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Britain falls in world happiness rankings – with young people more miserable than older generations



The UK is the 20th happiest nation in the world – but young people are significantly more likely to be unhappy than older generations.

Britain dropped one place from the 2023 rankings, placing it below Lithuania and Czechia, while Finland, Denmark and Iceland were the top three happiest countries.

Finland was in the top spot for the seventh year in a row, while Afghanistan placed last.

Finland is leading the way on happiness. Pic: Reuters

Sweden, Israel, the Netherlands, Norway, Luxembourg, Switzerland and Australia made up the rest of the top ten.

The US fell by eight places in the ranking – falling from 15th to 23rd – with experts blaming this on a trend of young adults in Western Europe and North America experiencing rising unhappiness and something similar to “mid-life crisis”.

British people under 30 ranked 32nd in the happiness rankings, behind nations such as Moldova, Kosovo and El Salvador.

In contrast, over 60s in the UK were 20th in the rankings.

Millennials and younger age groups in North America were also significantly more likely than older age groups to report loneliness.

The findings are at odds with previous research into wellbeing, which found happiness is highest in childhood and early teens, before falling to its lowest in middle age, then rising around retirement.

The top 10 happiest countries in the world

1. Finland

2. Denmark

3. Iceland

4. Sweden

5. Israel

6. Netherlands

7. Norway

8. Luxembourg

9. Switzerland

10. Australia

“Youth, especially in North America, are experiencing a mid-life crisis today,” said Dr Jan-Emmanuel De Neve, a University of Oxford economics professor and one of the report’s editors.

But Dr De Neve said a range of factors was likely to be lowering young peoples’ happiness, including increased polarisation over social issues, negative aspects of social media, and economic inequality that made it harder for young people to afford their own homes than in the past.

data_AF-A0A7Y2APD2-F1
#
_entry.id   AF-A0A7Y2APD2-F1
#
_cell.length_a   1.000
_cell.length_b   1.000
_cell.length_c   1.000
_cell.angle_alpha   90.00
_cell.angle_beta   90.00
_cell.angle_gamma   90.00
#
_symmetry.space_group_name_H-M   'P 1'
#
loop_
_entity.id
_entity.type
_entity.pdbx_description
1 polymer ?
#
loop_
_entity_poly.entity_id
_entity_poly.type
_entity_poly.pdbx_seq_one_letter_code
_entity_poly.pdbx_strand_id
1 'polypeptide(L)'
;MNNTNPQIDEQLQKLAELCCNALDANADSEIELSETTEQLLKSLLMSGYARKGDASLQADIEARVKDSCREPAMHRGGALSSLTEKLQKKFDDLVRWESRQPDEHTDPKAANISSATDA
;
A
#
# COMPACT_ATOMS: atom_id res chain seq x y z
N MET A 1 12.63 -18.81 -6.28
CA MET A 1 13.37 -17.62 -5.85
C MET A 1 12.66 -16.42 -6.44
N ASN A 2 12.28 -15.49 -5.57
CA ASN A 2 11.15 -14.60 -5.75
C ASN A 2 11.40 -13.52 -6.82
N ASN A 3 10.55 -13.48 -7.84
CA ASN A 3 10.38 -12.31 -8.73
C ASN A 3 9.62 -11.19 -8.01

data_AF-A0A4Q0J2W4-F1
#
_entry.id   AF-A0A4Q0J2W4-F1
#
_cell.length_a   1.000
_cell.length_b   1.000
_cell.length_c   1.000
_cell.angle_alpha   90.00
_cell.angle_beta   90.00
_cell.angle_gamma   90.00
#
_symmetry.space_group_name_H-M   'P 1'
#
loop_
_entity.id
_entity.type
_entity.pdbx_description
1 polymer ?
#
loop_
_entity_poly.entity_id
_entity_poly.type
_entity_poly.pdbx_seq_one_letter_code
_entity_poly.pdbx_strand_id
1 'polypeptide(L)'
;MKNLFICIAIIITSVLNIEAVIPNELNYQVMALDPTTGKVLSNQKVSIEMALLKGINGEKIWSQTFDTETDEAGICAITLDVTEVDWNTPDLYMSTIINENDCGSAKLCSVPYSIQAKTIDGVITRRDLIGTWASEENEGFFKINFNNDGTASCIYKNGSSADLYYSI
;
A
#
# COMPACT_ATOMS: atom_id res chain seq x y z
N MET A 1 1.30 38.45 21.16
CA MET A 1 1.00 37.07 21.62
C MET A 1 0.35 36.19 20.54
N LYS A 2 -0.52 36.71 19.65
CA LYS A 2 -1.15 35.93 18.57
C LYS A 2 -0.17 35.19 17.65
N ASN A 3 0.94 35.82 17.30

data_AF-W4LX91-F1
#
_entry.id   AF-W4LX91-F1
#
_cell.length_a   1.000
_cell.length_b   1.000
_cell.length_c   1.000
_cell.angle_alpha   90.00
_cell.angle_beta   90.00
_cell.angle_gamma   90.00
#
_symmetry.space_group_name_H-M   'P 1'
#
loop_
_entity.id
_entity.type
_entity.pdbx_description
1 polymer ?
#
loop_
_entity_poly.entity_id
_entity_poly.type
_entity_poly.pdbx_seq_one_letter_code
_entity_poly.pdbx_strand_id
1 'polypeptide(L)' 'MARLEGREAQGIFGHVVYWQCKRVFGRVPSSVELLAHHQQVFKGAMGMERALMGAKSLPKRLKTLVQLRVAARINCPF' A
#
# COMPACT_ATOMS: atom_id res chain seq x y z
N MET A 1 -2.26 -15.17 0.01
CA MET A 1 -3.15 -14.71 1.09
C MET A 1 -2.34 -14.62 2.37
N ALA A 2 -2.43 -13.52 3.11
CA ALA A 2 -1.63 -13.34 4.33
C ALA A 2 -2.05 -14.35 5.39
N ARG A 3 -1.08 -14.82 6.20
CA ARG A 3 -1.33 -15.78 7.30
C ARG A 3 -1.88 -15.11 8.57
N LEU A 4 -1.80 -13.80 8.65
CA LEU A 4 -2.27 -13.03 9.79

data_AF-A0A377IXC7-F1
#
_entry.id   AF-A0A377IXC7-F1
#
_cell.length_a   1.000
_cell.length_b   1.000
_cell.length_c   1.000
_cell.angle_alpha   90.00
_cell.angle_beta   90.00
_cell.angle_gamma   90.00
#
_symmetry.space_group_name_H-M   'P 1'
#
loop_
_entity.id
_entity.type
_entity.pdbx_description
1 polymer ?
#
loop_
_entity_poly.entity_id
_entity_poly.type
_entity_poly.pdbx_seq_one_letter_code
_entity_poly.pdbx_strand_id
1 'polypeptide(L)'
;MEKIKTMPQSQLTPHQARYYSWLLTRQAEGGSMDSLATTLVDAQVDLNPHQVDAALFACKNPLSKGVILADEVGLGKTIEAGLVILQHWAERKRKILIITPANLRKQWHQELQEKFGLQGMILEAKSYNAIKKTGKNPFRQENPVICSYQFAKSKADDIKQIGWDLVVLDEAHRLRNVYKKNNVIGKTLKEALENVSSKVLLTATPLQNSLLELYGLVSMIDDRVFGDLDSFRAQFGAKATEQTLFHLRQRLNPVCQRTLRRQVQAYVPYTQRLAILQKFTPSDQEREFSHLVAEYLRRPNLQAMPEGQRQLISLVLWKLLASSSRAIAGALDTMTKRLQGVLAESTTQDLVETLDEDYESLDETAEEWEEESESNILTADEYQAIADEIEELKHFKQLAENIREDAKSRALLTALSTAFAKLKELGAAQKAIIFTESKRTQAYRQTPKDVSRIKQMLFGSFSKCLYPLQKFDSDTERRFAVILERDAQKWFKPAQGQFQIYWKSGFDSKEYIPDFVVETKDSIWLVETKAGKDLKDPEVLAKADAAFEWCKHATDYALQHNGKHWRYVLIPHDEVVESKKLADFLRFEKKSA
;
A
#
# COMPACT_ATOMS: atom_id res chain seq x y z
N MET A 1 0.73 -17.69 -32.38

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While the phenomenon is starkest in the United States, the age gap in well-being is also wide in Canada and Japan, and to a lesser extent in France, Germany and Britain, which all lost ground in this year’s rankings.

By contrast, many of the countries with the biggest improvements in well-being are former communist countries in central and eastern Europe.

There, unlike in richer countries, young people report significantly better quality of life than older people, often on a par or better than in western Europe.

“Slovenia, Czechia and Lithuania are moving into the top 20 and that’s wholly driven by their youth,” Dr De Neve said.

While Israel was fifth in the table, Palestine was the 103rd happiest country in the world out of 143 surveyed.

Meanwhile, both Russia and Ukraine saw a decline in their ranking this year. Russia dropped from 70th to 72nd while Ukraine was 105th – down from 92nd last year.

Pic: Reuters
A view shows a bomb crater and residential buildings destroyed by a Russian air strike in the village of Borova, amid Russia's attack on Ukraine, in Kharkiv region, Ukraine March 6, 2024. Press service of the National Police of Ukraine in Kharkiv region/Handout via REUTERS ATTENTION EDITORS - THIS IMAGE HAS BEEN SUPPLIED BY A THIRD PARTY.
In Ukraine, people are dealing with an ongoing war. Pic: Reuters

The annual World Happiness Report, launched in 2012 to support the United Nations’ sustainable development goals, asked people to evaluate their life on a scale from zero to 10, with 10 representing their best possible life.

Results from the past three years are averaged to create a ranking.

The rankings loosely correlate with a country’s prosperity, but other factors such as life expectancy, social bonds, personal freedom and corruption also appear to influence responses.

The results were published on 20 March, the International Day of Happiness.

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